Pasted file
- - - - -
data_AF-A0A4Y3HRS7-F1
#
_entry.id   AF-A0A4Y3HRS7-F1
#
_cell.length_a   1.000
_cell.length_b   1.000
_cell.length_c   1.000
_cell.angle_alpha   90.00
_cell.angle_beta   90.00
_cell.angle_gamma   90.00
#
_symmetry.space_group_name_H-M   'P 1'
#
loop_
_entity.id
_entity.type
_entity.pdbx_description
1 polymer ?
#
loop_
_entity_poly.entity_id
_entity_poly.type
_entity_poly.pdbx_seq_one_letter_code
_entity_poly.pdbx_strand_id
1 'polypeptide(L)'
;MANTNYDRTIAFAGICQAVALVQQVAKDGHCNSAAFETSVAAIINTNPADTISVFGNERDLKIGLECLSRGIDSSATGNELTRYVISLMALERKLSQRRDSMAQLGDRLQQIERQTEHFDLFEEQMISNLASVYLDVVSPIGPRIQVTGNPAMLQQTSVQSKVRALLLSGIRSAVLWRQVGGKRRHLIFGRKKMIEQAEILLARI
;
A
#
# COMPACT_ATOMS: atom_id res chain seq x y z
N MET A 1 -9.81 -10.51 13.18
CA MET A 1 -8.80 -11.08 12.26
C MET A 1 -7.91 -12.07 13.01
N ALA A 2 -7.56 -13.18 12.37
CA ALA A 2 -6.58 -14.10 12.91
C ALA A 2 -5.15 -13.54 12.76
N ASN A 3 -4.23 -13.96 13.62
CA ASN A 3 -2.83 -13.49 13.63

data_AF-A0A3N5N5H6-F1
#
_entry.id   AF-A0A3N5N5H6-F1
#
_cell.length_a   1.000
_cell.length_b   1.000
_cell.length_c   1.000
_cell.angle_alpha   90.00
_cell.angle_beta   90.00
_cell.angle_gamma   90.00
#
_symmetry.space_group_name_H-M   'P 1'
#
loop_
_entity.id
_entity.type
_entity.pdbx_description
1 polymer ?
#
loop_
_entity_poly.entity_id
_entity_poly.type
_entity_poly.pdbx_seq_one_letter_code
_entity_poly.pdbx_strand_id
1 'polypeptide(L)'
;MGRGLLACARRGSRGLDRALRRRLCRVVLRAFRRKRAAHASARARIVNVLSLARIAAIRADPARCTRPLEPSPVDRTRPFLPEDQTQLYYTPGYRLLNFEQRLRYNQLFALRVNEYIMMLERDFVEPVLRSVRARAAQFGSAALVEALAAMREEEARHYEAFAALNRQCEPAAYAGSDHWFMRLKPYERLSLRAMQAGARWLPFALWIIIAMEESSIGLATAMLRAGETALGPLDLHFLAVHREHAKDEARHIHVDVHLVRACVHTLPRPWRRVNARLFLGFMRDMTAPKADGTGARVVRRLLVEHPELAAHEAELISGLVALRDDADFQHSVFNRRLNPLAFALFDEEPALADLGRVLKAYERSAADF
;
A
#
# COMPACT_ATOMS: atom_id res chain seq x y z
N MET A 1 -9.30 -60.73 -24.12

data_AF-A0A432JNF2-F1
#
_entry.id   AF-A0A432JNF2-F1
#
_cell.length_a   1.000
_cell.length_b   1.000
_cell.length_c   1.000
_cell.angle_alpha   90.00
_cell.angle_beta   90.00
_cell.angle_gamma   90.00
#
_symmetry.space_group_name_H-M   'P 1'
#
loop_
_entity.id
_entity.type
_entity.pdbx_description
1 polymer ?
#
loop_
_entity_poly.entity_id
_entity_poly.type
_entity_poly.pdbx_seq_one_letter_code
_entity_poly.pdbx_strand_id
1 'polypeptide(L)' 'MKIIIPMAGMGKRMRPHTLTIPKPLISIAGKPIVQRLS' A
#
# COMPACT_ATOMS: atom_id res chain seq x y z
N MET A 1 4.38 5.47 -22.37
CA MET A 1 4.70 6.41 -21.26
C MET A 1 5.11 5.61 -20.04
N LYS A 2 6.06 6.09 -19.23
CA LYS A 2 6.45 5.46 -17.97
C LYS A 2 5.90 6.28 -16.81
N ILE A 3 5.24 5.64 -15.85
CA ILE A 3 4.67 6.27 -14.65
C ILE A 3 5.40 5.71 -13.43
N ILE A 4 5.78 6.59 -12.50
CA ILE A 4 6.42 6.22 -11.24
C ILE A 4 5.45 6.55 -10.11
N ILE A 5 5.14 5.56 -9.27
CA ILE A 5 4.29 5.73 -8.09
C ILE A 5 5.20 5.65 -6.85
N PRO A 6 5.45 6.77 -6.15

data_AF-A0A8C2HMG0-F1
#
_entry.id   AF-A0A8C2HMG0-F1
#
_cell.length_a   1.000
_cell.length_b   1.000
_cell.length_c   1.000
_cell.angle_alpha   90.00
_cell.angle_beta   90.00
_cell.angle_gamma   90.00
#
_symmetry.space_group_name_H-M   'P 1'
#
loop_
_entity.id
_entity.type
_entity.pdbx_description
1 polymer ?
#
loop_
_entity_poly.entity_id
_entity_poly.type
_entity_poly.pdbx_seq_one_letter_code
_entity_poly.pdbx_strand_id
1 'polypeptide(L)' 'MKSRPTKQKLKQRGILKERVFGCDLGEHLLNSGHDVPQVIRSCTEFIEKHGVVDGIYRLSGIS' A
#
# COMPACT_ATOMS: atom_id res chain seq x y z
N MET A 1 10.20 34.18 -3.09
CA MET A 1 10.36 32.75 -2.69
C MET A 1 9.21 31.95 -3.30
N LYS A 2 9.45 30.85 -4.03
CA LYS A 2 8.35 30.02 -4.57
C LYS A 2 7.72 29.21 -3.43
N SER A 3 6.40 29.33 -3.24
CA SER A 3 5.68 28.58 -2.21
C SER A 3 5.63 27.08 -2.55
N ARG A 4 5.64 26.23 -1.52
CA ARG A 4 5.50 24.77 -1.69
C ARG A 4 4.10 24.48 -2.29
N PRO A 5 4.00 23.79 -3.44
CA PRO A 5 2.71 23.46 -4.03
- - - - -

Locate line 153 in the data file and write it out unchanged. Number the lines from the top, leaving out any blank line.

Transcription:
CA PRO A 5 2.71 23.46 -4.03